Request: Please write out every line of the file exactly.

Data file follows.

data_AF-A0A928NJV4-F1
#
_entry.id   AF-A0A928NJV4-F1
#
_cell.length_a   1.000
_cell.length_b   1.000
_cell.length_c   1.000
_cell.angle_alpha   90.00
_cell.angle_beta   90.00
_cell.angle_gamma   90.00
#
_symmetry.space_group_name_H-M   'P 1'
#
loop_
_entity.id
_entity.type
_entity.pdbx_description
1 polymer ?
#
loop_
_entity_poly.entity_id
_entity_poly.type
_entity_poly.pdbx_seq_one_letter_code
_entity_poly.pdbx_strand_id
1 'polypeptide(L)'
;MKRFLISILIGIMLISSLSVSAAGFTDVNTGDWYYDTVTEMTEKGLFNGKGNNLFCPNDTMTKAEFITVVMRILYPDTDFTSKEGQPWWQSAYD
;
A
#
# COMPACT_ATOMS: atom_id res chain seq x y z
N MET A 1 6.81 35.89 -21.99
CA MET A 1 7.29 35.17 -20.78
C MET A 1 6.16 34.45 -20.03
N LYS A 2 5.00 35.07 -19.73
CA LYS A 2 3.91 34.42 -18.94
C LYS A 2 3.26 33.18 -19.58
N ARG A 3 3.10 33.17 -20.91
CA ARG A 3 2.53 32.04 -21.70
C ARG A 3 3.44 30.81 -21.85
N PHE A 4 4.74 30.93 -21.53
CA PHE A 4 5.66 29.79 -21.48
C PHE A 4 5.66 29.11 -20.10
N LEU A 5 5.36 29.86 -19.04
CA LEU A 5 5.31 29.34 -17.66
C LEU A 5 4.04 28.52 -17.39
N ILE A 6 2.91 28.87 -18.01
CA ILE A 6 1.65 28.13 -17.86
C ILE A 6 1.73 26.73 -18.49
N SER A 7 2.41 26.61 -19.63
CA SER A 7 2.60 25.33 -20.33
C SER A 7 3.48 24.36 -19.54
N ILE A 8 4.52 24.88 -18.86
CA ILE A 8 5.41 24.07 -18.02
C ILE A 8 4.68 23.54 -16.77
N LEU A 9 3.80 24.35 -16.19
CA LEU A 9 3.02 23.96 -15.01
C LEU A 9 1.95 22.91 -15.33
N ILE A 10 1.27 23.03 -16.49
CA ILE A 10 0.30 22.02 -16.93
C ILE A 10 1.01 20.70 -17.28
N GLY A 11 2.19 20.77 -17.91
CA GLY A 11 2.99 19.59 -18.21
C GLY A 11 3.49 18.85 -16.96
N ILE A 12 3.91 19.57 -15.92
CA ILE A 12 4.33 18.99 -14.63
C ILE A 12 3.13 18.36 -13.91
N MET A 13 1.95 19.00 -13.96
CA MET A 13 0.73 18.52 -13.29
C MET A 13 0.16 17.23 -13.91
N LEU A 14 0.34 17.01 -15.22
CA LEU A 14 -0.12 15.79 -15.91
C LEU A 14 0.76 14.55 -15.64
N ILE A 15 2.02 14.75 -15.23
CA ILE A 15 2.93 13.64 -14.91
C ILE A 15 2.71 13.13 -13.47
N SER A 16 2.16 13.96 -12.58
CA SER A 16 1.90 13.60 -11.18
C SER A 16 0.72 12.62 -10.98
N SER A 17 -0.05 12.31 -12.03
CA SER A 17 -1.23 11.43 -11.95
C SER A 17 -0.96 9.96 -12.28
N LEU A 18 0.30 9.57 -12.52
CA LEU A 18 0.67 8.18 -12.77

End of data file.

data_AF-A0A928NJV4-F1
#
_entry.id   AF-A0A928NJV4-F1
#
_cell.length_a   1.000
_cell.length_b   1.000
_cell.length_c   1.000
_cell.angle_alpha   90.00
_cell.angle_beta   90.00
_cell.angle_gamma   90.00
#
_symmetry.space_group_name_H-M   'P 1'
#
loop_
_entity.id
_entity.type
_entity.pdbx_description
1 polymer ?
#
loop_
_entity_poly.entity_id
_entity_poly.type
_entity_poly.pdbx_seq_one_letter_code
_entity_poly.pdbx_strand_id
1 'polypeptide(L)'
;MKRFLISILIGIMLISSLSVSAAGFTDVNTGDWYYDTVTEMTEKGLFNGKGNNLFCPNDTMTKAEFITVVMRILYPDTDFTSKEGQPWWQSAYD
;
A
#
# COMPACT_ATOMS: atom_id res chain seq x y z
N MET A 1 6.81 35.89 -21.99
CA MET A 1 7.29 35.17 -20.78
C MET A 1 6.16 34.45 -20.03
N LYS A 2 5.00 35.07 -19.73
CA LYS A 2 3.91 34.42 -18.94
C LYS A 2 3.26 33.18 -19.58
N ARG A 3 3.10 33.17 -20.91
CA ARG A 3 2.53 32.04 -21.70
C ARG A 3 3.44 30.81 -21.85
N PHE A 4 4.74 30.93 -21.53
CA PHE A 4 5.66 29.79 -21.48
C PHE A 4 5.66 29.11 -20.10
N LEU A 5 5.36 29.86 -19.04
CA LEU A 5 5.31 29.34 -17.66
C LEU A 5 4.04 28.52 -17.39
N ILE A 6 2.91 28.87 -18.01
CA ILE A 6 1.65 28.13 -17.86
C ILE A 6 1.73 26.73 -18.49
N SER A 7 2.41 26.61 -19.63
CA SER A 7 2.60 25.33 -20.33
C SER A 7 3.48 24.36 -19.54
N ILE A 8 4.52 24.88 -18.86
CA ILE A 8 5.41 24.07 -18.02
C ILE A 8 4.68 23.54 -16.77
N LEU A 9 3.80 24.35 -16.19
CA LEU A 9 3.02 23.96 -15.01
C LEU A 9 1.95 22.91 -15.33
N ILE A 10 1.27 23.03 -16.49
CA ILE A 10 0.30 22.02 -16.93
C ILE A 10 1.01 20.70 -17.28
N GLY A 11 2.19 20.77 -17.91
CA GLY A 11 2.99 19.59 -18.21
C GLY A 11 3.49 18.85 -16.96
N ILE A 12 3.91 19.57 -15.92
CA ILE A 12 4.33 18.99 -14.63
C ILE A 12 3.13 18.36 -13.91
N MET A 13 1.95 19.00 -13.96
CA MET A 13 0.73 18.52 -13.29
C MET A 13 0.16 17.23 -13.91
N LEU A 14 0.34 17.01 -15.22
CA LEU A 14 -0.12 15.79 -15.91
C LEU A 14 0.76 14.55 -15.64
N ILE A 15 2.02 14.75 -15.23
CA ILE A 15 2.93 13.64 -14.91
C ILE A 15 2.71 13.13 -13.47
N SER A 16 2.16 13.96 -12.58
CA SER A 16 1.90 13.60 -11.18
C SER A 16 0.72 12.62 -10.98
N SER A 17 -0.05 12.31 -12.03
CA SER A 17 -1.23 11.43 -11.95
C SER A 17 -0.96 9.96 -12.28
N LEU A 18 0.30 9.57 -12.52
CA LEU A 18 0.67 8.18 -12.77